Question: if Chuq Van Rospach is no longer maintaining his own weblog server, what business do I have maintaining one myself? Should I switch over to Typepad too?
Steven Cohen explains why he has moved his blog first from Movable Type to Radio, and now from Radio to Blogger.
DailyKos is a hugely popular left-leaning political weblog with a very active comment section. It originally ran on Movable Type but developed growing pains as the readership (and commentariat) expanded. A few months ago, Kos transitioned to Scoop, the open source codebase that underlies kuro5hin, is designed for community participation and collaborative filtering of content – essentially the group weblog model most often associated with Slashdot.
Readers have to set up a (free) account and log in with their username to comment. This creates a persistent identity and helps foster longer-term relationships emerging among the readers and writers. The diary feature enables readers to post their own thoughts and assemble their own scrapbooks of memorable information. Readers can vote a diary entry up to the front page (I believe). It’s not a bad way to start blogging with a built-in community and little expense overhead.
I’ve been reading Kos for a while, so I made sure to grab the “xian” login when he switched over to the Scoop format. Recently, though, I noticed that one’s diary is a custom URL (for example, my diary‘s address over there is
xian.dailykos.com), which seemed pretty cool, so I went to my (empty) diary page there and thought it looked kind of sad.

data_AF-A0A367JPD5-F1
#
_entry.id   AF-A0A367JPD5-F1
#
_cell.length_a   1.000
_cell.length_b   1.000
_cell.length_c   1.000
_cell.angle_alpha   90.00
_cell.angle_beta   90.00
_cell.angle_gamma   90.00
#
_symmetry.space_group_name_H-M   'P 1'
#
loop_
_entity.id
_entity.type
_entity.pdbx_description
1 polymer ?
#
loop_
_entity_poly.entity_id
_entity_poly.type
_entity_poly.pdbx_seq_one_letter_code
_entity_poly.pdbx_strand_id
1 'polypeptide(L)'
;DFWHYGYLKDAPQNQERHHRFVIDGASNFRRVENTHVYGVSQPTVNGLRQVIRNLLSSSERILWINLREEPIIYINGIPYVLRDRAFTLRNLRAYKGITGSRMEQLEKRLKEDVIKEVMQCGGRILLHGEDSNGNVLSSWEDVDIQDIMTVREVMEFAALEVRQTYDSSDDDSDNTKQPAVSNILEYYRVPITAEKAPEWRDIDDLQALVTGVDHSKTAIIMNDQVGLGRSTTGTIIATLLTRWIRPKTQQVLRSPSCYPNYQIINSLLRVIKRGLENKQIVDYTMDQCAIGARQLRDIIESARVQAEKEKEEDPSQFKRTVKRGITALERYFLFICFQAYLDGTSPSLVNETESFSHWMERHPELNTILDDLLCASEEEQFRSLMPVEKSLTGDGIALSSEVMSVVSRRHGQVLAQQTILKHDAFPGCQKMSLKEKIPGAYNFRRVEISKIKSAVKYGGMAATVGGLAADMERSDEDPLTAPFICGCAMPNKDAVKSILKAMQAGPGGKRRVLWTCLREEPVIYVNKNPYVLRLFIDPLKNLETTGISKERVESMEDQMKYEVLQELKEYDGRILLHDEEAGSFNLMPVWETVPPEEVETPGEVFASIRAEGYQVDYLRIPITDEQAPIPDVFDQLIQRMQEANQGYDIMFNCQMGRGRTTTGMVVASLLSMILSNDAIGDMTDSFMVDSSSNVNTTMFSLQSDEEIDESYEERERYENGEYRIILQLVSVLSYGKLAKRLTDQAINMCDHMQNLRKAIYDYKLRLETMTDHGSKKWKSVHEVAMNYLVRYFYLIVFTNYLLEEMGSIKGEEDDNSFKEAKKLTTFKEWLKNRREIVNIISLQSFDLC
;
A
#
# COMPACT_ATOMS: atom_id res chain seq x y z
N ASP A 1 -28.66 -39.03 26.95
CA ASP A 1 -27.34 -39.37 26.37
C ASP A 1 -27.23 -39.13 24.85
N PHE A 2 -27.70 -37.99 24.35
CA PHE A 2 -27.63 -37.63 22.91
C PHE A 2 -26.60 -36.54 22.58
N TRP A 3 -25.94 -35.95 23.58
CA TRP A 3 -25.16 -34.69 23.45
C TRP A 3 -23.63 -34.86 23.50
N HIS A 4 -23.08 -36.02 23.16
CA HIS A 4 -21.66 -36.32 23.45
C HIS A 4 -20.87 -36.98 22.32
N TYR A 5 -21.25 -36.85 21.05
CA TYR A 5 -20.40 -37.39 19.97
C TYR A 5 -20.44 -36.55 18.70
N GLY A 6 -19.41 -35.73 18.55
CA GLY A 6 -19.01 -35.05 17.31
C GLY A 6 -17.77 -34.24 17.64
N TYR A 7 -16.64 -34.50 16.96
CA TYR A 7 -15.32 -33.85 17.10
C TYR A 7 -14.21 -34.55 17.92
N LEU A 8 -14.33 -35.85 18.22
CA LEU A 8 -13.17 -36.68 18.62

I was reading this World o’ Crap thing on Woodruff and Dean and it made me so happy that instead of posting something to Edgewise or Oakland for Dean, I went over and posted it on the diary.
Now the funny thing is that I checked back a little while later while my diary entry was still featured in the recent sidebar on the Kos homepage, and I couldn’t help noticing that 17 people had commented on my entry. I doubt 17 people a day read my political screeds over at Edgewise.
So, I was curious about my link to WO’C. I went and looked at her referrer traffic and (as of this writing) she has 29 hits coming from that little diary entry of mine. Yes, I realize that it was a drop in the bucket for her, but it was still in the top ten of her referrers that day (currently today, 12/12). Yes, I realize she has more political writing and comedic writing talent in her little pinkie than I’ve got in my whole two thumbs, but still, I’m just saying, it’s interesting.
I think anyone contemplating starting a new blog (of the liberal persuasion) might do well to consider starting it as a diary at Kos. You’d be able to garner an audience more quickly than in many other contexts, and you could always relocate later, or shill a different site for “in-depth analysis” or whatever else yo do. You could do that here among Salon Bloggers too, though it would be nice to have some of the mechanisms of crosstalk and self-moderation built into these community weblog, collaborative media, newsfilter type things.